On the other hand, there is evidence that the College has certified at least 115 veterinarians, established 13 active residency programs in veterinary colleges, and conducted conferences and continuing education programs in collaboration with other AMVA-accredited VSOs. J.A. 476–77. Furthermore, the AVMA published the committee's VSO petition to its 80,000-plus veterinarian members in the Journal of American Veterinary Medicine and in its electronic newsletter for the purpose of allowing its members to comment on it. J.A. 476, 1133. Moreover, the College has obtained corporate sponsorships from compa-nies in the veterinary industry and received considerable attention in the press. J.A. 476–77. Finally, the College, not Lyons, is listed on the AVMA's website regarding the VSO bearing the mark. J.A. 477.
As we have explained, the statute, 15 U.S.C. § 1127, requires both advertisement and actual use of the mark to satisfy the “use in commerce” requirement. See Aycock Eng'g, 560 F.3d at 1360 (“[A]dvertisement and actual use of the mark in commerce are required.”); see also Intermed, 197 U.S.P.Q. at 507 (explaining that “[a]t the very least,” in order to meet the use requirement, “there must be an open and notorious public offering of the services to those for whom the services are intended”); id. at 507–08 (“The statute requires not only the display of the mark in the sale or advertising of services but also the rendition of those services in order to constitute use of the service mark in commerce.”).
Thus, substantial evidence supports the Board's finding that the relevant public looks to the College, not Lyons, for services in connection with the mark because Lyons's use of the mark has not created distinctiveness inuring to Lyons.
C. To Whom the Public Looks for Quality Control
Finally, the Board found that the relevant public looks to the College to stand behind the quality of the educational and certification services associated with the mark. Decision, 2016 WL 1380739, at *18–19. Substantial evidence supports that finding.
Because the College has earned AVMA accreditation, the veterinarians it certifies may hold themselves out as AVMA-approved specialists. J.A. 476. Indeed, the AVMA maintains a publicly-available website containing infor-mation about all AVMA-recognized organizations, including the College, which allows users of the website to contact the College and to search for specialists by area of medicine and organization. J.A. 477, 1046–54. Furthermore, as the Board observed, the College's very name carries the “AVMA's seal of approval” because many AVMA-accredited VSOs, and none that are not AVMA-accredited, have names beginning with the words “American College of Veterinary.” J.A. 1181. Lyons has pro-duced no evidence that she has obtained similar certifications from the AVMA, that she has students enrolled in educational services offered under the mark, or that she offers any certification programs at all. Therefore, substantial evidence supports the Board's finding that members of the public who seek out veterinary sports medicine and rehabilitation services will rely upon the College's certification as evidence of a particular veterinarian's expertise. Decision, 2016 WL 1380739, at *19.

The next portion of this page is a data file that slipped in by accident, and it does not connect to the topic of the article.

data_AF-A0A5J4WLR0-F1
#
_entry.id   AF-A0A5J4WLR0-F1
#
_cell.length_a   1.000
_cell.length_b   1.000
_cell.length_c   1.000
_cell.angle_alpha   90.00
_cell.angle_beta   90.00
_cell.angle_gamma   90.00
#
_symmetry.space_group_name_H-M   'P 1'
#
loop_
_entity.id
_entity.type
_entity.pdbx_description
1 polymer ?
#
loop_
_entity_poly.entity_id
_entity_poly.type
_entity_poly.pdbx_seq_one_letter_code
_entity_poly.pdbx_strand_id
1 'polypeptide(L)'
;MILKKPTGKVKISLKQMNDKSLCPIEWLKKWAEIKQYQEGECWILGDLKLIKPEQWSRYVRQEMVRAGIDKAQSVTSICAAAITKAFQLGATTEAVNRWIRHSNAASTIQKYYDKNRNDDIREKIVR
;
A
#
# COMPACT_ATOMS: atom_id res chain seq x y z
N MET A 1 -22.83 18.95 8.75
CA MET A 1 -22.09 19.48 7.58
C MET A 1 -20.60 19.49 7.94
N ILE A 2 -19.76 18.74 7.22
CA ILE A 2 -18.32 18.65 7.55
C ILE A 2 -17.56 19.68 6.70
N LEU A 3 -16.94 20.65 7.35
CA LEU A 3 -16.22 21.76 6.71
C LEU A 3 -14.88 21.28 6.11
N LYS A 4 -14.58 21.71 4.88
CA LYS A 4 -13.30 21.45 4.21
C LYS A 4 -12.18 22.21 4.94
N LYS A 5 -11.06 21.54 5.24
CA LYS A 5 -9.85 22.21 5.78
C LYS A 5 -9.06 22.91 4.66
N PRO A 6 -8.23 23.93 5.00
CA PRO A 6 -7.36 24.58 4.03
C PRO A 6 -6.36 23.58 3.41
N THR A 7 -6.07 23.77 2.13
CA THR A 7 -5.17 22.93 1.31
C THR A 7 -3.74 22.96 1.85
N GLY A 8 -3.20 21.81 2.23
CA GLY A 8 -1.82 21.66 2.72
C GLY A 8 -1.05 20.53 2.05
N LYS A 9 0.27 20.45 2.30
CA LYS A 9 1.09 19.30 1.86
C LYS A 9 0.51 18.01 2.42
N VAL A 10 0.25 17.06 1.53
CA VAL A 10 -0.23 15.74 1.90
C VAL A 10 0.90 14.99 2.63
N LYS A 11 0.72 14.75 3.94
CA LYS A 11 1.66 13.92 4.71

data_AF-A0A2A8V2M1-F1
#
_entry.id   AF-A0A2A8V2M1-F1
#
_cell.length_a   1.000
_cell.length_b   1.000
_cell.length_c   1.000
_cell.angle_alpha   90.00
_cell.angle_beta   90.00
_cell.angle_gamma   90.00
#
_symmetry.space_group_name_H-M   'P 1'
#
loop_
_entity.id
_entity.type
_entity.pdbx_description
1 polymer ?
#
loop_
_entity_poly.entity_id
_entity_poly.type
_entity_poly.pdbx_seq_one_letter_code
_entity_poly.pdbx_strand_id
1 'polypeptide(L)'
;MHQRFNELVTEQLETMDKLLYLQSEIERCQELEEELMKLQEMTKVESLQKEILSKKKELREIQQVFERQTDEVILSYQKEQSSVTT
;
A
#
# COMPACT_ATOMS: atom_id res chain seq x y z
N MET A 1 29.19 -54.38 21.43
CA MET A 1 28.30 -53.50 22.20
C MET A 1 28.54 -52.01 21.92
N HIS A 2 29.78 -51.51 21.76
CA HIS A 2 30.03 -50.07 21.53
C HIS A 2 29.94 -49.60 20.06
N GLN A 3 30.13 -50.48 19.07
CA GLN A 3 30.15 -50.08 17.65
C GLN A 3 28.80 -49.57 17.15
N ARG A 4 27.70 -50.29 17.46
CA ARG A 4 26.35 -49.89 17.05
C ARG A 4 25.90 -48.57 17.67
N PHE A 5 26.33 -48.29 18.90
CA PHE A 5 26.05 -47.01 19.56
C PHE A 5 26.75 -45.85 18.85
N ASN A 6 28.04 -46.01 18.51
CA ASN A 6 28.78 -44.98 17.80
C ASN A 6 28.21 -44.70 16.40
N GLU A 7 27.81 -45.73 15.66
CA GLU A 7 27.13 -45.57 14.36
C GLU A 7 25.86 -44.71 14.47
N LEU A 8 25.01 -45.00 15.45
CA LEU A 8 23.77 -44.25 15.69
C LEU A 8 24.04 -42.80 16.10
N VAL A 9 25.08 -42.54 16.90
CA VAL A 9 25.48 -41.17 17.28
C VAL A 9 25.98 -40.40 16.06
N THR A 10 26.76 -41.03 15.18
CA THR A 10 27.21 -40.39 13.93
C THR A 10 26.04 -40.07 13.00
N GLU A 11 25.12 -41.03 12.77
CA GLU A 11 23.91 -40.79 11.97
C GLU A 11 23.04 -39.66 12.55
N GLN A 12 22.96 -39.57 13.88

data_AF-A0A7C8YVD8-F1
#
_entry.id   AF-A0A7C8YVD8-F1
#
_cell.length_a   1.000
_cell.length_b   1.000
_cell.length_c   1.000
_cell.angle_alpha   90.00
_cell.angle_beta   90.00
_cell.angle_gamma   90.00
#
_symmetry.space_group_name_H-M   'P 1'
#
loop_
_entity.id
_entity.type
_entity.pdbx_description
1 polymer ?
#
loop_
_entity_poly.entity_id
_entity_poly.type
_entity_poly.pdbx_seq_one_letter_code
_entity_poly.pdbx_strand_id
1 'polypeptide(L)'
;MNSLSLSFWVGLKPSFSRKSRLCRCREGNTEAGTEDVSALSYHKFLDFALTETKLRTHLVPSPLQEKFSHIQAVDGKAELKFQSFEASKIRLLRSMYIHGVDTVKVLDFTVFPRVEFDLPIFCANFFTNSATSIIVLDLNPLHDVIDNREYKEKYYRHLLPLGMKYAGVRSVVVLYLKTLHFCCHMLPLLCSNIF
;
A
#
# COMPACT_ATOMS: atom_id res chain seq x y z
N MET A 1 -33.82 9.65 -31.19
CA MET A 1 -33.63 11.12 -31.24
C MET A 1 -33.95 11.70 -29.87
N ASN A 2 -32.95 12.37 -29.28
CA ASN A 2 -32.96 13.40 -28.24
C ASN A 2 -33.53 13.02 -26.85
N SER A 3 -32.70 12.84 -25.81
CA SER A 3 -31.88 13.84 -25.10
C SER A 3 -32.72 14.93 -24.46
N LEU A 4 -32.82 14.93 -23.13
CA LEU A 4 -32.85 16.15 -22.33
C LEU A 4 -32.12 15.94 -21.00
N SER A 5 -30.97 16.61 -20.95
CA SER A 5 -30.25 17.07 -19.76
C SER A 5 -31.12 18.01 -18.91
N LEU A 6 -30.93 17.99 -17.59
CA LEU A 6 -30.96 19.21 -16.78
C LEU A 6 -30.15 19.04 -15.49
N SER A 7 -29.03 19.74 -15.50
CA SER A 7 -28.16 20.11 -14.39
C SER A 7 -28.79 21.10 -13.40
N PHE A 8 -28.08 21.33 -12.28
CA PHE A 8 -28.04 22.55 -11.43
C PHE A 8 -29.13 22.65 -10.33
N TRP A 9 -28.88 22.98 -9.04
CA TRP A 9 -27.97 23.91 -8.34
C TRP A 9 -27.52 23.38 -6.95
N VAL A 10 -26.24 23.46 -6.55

In sum, we conclude that the Board's findings were supported by substantial record evidence. One might even say that the lion's share of the evidence supports the Board's decision.
Although Lyons may have been the first to use the mark, the record shows that her use never rose to the level of use in commerce. Rather, she initiated efforts to form an AVMA-accredited VSO with the name of the mark, and that endeavor moved forward without her after she was dismissed from the organizing committee. Her involvement with the committee may have been the very reason that the committee adopted the mark; neverthe-less, it is clear from the record that the College used the mark in commerce before Lyons, and Lyons cannot in effect appropriate it. The Board's findings to that effect were supported by substantial evidence.
We have considered the remaining arguments but find them to be unpersuasive. For the foregoing reasons, we affirm the decision of the Board.
1. Other aspects of the evidence pertaining to the Equine Excellence Initiative are problematic. Specifical-ly, Lyons admits that she did not publish the Equine Excellence Initiative in a systematic or public way, that she did not maintain a mailing list or other documenta-tion demonstrating to whom she sent the document, and that she has no evidence demonstrating that she sent it at all. J.A. 536–37.
LOURIE, Circuit Judge.